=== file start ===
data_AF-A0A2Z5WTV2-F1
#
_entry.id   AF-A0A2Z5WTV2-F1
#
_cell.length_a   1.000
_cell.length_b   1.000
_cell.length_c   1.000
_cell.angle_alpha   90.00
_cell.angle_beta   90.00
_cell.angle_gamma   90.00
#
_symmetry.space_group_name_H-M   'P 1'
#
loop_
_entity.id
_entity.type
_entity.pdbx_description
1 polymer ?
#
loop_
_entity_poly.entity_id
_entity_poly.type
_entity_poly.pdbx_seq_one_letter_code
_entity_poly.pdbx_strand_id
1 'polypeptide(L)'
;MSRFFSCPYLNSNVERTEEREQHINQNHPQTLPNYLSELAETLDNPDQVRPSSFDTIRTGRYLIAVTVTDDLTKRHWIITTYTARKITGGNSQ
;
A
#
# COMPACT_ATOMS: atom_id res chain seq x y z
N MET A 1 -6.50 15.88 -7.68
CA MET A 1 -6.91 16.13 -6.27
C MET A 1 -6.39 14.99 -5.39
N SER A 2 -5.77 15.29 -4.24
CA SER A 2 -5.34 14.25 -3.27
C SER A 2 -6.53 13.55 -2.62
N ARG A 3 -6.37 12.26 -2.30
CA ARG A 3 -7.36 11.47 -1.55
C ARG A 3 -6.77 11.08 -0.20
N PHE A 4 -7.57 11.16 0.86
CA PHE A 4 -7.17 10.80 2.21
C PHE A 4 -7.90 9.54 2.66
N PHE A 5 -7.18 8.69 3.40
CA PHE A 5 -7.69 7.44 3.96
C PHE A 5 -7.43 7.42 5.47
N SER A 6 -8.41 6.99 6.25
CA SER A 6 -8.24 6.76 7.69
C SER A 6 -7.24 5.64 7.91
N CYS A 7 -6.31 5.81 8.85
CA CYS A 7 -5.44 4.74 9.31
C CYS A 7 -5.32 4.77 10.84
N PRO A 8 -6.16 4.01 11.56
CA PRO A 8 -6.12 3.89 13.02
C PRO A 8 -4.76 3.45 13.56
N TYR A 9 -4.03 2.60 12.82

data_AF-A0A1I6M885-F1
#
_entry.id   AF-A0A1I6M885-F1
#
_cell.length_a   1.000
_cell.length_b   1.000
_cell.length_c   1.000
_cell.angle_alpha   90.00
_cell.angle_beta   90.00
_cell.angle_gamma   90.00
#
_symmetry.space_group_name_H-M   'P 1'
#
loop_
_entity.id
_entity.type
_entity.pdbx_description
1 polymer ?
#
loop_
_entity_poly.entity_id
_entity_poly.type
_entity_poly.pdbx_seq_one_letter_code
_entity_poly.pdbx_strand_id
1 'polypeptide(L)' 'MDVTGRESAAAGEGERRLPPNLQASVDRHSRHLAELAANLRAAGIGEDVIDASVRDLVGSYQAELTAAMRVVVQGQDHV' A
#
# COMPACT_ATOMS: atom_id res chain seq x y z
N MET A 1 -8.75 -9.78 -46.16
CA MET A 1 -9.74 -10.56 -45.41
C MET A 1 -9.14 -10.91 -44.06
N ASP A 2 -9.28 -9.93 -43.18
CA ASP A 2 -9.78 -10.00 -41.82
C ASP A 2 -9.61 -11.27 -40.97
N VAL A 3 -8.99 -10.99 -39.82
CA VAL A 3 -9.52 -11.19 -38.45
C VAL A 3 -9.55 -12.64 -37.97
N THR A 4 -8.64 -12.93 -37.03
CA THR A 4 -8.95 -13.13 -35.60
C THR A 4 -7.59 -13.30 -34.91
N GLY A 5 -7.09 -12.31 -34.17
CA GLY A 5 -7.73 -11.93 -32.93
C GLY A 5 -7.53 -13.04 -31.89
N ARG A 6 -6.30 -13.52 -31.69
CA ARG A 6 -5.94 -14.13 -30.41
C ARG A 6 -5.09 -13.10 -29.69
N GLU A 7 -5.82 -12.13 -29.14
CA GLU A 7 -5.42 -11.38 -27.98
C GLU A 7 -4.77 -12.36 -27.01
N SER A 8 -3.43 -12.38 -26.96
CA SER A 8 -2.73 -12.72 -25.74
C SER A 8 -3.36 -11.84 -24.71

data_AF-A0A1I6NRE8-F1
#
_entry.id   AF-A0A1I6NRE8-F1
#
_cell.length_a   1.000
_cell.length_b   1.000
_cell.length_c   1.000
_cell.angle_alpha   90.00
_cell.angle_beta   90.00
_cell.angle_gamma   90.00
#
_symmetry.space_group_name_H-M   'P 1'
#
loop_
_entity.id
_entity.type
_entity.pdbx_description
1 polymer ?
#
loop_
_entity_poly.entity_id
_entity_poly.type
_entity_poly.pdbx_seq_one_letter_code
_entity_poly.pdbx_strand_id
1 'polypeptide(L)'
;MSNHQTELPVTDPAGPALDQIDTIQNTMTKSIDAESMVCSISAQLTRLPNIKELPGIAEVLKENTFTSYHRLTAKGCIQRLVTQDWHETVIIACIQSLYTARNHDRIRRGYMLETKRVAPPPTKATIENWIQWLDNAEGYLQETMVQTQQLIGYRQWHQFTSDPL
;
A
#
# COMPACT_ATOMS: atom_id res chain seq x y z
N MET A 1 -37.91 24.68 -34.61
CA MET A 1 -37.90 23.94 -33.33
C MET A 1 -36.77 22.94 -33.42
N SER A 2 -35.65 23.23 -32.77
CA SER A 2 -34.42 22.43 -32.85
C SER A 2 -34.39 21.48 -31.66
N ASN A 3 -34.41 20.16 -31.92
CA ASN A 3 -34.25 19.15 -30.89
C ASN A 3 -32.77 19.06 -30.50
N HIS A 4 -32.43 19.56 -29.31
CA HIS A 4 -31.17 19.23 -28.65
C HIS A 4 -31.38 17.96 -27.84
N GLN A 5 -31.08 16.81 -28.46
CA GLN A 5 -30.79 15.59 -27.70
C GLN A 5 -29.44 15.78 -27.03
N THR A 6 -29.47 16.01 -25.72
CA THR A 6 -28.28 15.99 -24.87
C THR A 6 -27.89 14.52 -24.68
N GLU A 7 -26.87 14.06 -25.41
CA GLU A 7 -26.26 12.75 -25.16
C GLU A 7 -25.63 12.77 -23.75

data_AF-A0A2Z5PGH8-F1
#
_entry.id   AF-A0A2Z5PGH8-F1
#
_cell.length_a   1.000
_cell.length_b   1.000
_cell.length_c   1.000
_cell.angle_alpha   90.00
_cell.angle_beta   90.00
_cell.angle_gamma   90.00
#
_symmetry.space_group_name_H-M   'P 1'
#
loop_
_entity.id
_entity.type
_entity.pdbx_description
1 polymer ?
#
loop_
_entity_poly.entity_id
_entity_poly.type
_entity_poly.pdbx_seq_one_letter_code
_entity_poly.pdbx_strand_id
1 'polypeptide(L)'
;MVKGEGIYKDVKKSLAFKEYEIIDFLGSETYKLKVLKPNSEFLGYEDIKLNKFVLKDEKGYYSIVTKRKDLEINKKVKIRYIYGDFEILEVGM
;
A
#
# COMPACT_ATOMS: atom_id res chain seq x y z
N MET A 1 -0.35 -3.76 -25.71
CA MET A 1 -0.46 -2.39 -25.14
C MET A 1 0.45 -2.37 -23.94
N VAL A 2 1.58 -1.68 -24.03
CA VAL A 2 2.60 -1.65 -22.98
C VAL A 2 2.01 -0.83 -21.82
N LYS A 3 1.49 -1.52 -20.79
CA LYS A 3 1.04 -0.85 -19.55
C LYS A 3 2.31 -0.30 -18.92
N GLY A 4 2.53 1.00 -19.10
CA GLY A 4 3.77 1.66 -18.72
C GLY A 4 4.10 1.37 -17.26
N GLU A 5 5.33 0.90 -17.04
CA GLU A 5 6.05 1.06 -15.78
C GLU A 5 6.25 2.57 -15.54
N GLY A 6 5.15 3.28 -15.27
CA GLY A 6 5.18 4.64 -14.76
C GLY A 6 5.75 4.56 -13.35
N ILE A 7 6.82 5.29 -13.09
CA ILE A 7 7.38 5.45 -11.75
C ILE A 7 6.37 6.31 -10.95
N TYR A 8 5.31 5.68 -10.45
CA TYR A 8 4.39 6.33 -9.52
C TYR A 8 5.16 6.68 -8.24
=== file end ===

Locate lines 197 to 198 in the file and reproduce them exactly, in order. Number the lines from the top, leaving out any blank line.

N GLY A 4 2.53 1.00 -19.10
CA GLY A 4 3.77 1.66 -18.72